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Posts Tagged ‘bone marrow’

STEM CELL ‘LIVING BANDAGE’ FOR KNEE INJURIES

In ALL ARTICLES, SCIENCE & STEM CELLS, STEM CELLS IN THE NEWS on January 19, 2017 at 4:31 pm

Can we regrow a meniscus with stem cells?  Yes, of course.

  1. stem cells are harvested from the patient’s bone marrow
  2. cells are grown for 2 weeks
  3. cells are seeded onto a membrane scaffold
  4. the manufactured cell bandage is surgically implanted into the tear
  5. the cartilage is sewn up around the bandage to keep it in place

    All five patients had an intact meniscus 12 months post implantation

Stem cell ‘living bandage’ for knee injuries trialled in humans

December 16, 2016
Stem cell ‘living bandage’ for knee injuries trialled in humans
Credit: University of Bristol

A ‘living bandage’ made from stem cells, which could revolutionise the treatment and prognosis of a common sporting knee injury, has been trialled in humans for the first time by scientists at the Universities of Liverpool and Bristol.

Meniscal tears are suffered by over one million people a year in the US and Europe alone and are particularly common in contact sports like football and rugby. 90 per cent or more of tears occur in the white zone of meniscus which lacks a blood supply, making them difficult to repair. Many professional sports players opt to have the torn tissue removed altogether, risking osteoarthritis in later life.

The cell bandage has been developed by Bristol University spin-out company Azellon, and is designed to enable the meniscal tear to repair itself by encouraging cell growth in the affected tissue.

A prototype version of the cell bandage was trialled in five patients, aged between 18 and 45, with white-zone meniscal tears. The trial received funding support from Innovate UK and the promising results have been published today in the journal Stem Cells Translational Medicine.

The procedure involved taking , harvested from the patient’s own bone marrow, which were then grown for two weeks before being seeded onto a membrane scaffold that helps to deliver the cells into the injured site. The manufactured cell bandage was then surgically implanted into the middle of the tear and the cartilage was sewn up around the bandage to keep it in place.

All five patients had an intact meniscus 12 months post implantation. By 24 months, three of the five patients retained an intact meniscus and had returned to normal knee functionality whilst the other two patients required surgical removal of the damaged meniscus due to a new tear or return of symptoms.

Professor Anthony Hollander, formerly of Bristol and now Chair of Stem Cell Biology at the University of Liverpool and Founder and Chief Scientific Officer of Azellon, said: “The cell bandage trial results are very encouraging and offer a potential alternative to surgical removal that will repair the damaged tissue and restore full knee function.

“We are currently developing an enhanced version of the cell bandage using donor stem cells, which will reduce the cost of the procedure and remove the need for two operations.”

The cell bandage was produced by the Advanced Therapies Unit at the NHS Blood & Transplant facility in Speke, Liverpool and implanted into patients at Southmead Hospital in Bristol, under the supervision of Professor Ashley Blom, Head of Orthopaedic Surgery at the University of Bristol.

Professor Blom, from Bristol’s School of Clinical Sciences, commented: “The cell bandage offers an exciting potential new treatment option for surgeons that could particularly benefit younger patients and athletes by reducing the likelihood of early onset osteoarthritis after meniscectomy.”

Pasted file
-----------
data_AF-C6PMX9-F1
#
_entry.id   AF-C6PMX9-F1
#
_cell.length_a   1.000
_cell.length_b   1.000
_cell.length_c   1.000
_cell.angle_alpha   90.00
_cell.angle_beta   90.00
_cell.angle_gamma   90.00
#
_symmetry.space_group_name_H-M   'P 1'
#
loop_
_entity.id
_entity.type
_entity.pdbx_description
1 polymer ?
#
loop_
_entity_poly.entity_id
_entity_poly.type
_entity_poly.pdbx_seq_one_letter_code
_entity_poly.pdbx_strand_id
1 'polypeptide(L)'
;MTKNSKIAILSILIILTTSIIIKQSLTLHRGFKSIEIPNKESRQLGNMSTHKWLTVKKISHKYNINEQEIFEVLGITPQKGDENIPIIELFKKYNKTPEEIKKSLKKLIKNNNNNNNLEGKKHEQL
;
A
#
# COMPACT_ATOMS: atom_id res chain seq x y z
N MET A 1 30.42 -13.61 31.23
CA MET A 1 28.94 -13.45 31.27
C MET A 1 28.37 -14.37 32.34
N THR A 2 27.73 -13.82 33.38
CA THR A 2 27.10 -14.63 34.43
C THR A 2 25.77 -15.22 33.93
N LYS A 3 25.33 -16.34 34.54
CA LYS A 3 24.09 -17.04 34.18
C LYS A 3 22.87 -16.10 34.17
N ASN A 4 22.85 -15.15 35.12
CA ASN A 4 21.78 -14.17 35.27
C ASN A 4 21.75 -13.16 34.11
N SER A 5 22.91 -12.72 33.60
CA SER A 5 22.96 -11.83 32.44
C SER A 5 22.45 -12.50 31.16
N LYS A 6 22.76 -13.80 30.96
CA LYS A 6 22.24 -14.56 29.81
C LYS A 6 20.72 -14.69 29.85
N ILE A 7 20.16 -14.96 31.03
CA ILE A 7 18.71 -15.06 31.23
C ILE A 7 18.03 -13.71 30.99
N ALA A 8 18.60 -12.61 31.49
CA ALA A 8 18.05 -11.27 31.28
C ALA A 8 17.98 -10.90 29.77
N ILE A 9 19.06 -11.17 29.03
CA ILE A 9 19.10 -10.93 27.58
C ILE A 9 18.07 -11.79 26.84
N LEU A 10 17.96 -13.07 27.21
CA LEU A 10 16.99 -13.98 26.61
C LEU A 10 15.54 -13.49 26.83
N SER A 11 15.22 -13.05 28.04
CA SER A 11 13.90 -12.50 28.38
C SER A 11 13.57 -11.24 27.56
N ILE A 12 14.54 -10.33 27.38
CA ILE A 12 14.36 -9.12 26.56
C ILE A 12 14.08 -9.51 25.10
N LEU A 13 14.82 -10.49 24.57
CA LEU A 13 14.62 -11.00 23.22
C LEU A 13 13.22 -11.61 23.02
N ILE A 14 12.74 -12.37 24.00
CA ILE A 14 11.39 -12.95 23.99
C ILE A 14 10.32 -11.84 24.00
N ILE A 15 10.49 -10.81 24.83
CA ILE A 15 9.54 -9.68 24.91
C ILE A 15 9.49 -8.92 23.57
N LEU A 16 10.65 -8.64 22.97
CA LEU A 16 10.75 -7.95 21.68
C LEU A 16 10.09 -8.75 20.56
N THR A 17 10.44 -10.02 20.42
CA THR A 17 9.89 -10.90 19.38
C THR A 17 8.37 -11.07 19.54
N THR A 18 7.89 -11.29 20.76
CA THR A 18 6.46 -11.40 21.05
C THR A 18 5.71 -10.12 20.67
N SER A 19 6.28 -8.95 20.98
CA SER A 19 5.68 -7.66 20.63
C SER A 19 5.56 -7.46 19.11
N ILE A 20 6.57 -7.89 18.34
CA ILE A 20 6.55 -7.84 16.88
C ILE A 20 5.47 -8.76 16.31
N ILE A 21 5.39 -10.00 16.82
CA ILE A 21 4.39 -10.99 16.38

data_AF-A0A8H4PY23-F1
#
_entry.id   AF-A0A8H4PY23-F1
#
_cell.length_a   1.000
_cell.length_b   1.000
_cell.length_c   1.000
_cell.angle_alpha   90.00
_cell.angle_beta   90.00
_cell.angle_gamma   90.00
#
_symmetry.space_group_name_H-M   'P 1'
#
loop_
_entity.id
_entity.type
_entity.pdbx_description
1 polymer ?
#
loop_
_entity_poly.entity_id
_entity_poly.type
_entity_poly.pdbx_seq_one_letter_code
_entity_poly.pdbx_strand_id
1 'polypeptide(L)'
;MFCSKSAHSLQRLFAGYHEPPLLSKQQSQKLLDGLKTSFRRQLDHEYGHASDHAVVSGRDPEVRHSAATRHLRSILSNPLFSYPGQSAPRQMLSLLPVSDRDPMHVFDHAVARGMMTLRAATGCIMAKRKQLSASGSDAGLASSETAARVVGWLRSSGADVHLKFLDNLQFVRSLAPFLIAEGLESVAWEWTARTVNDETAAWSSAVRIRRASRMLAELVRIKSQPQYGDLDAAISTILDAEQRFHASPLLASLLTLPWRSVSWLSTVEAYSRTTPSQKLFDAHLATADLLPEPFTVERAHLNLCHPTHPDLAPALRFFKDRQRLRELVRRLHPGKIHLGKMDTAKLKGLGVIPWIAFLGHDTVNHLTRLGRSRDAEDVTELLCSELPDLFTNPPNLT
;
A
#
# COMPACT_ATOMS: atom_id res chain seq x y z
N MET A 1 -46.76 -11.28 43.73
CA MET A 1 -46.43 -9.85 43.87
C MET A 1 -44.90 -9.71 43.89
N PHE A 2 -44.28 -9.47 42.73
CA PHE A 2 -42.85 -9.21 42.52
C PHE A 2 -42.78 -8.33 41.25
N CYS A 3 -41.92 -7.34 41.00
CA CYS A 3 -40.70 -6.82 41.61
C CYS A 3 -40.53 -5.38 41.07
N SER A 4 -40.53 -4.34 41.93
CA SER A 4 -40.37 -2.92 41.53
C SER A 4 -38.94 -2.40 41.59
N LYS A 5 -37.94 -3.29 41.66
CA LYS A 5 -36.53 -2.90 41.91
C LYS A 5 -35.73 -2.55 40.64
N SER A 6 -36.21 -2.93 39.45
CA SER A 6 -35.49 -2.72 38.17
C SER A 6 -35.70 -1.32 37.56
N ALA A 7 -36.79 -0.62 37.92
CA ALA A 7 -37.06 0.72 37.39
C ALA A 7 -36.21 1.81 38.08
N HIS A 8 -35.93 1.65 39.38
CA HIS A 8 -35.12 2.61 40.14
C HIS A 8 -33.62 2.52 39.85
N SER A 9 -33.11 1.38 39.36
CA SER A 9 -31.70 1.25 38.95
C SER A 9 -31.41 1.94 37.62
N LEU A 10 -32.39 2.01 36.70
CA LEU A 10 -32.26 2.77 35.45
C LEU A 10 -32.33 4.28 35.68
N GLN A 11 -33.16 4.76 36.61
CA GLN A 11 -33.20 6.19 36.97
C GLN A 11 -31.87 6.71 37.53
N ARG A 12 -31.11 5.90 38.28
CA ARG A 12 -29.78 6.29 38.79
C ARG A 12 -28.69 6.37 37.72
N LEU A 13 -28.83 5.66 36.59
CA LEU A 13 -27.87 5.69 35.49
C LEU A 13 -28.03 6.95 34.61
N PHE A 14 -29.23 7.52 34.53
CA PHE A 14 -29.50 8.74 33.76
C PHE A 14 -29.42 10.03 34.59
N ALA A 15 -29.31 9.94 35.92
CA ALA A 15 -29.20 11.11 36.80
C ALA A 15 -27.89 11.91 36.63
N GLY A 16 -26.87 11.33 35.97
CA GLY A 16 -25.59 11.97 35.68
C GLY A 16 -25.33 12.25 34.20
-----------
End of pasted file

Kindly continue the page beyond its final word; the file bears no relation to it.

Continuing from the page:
A spokesperson for Innovate UK said: “Turning into clinical and commercial reality requires close collaboration between businesses, universities, and Hospitals. It’s great to see this inter-disciplinary approach has led to such an exciting outcome from this first-in-human trial.”

Explore further: Pioneering stem cell bandage receives approval for clinical trial

More information: Repair of Torn Avascular Meniscal Cartilage Using Undifferentiated Autologous Mesenchymal Stem Cells: From In Vitro Optimization to a First-in-Human Study, , DOI: 10.1002/sctm.16-0199, http://onlinelibrary.wiley.com/doi/10.1002/sctm.16-0199/abstract

Read more at: https://medicalxpress.com/news/2016-12-stem-cell-bandage-knee-injuries.html#jCp

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SCIENTISTS “STUNNED” AS STROKE PATIENT WALKS AGAIN

In ALL ARTICLES, SCIENCE & STEM CELLS, STEM CELLS FROM THE PAST, STEM CELLS IN THE NEWS on January 14, 2017 at 12:34 pm

“Stunned?”
C’mon guys…

stroke

STROKE CLINICAL TRIALS

  • The University of Texas, Health Science Center at Houston July 1, 2009       Several months after becoming the first patient in the United States to undergo a revolutionary new stroke treatment, Roland “Bud” Henrich continues to improve. Doctors intravenously injected Henrich, 61, with stem cells taken from his own bone marrow…”The stem cells, we believe, may help repair the damage to his brain caused by the stroke,” said Sean Savitz, M.D., assistant professor of neurology at The University of Texas Medical School at Houston and the study’s lead investigator. “Animal studies have shown that when you administer stem cells after stroke, the cells enhance the healing. We know that stem cells have some kind of guidance system and migrate to the area of injury. They’re not making new brain cells but they may be enhancing the repair processes and reducing inflammatory damage.” http://www.texmedctr.tmc.edu/root/en/TMCServices/News/2009/07-01/Stem+Cells+Tested+for+Treatment+of+Stroke.htm

Other STROKE articles:

  1. https://repairstemcell.wordpress.com/2010/09/21/autologous-neural-stem-cells-benefit-parkinson%e2%80%99s-patients-adultstemcell-com/
  2. https://repairstemcell.wordpress.com/2010/09/20/stem-cell-treatment-for-stroke-and-traumatic-brain-injury-wholewellness-net/
  3. http://www.scientificamerican.com/article.cfm?id=can-stem-cells-block-stroke-damage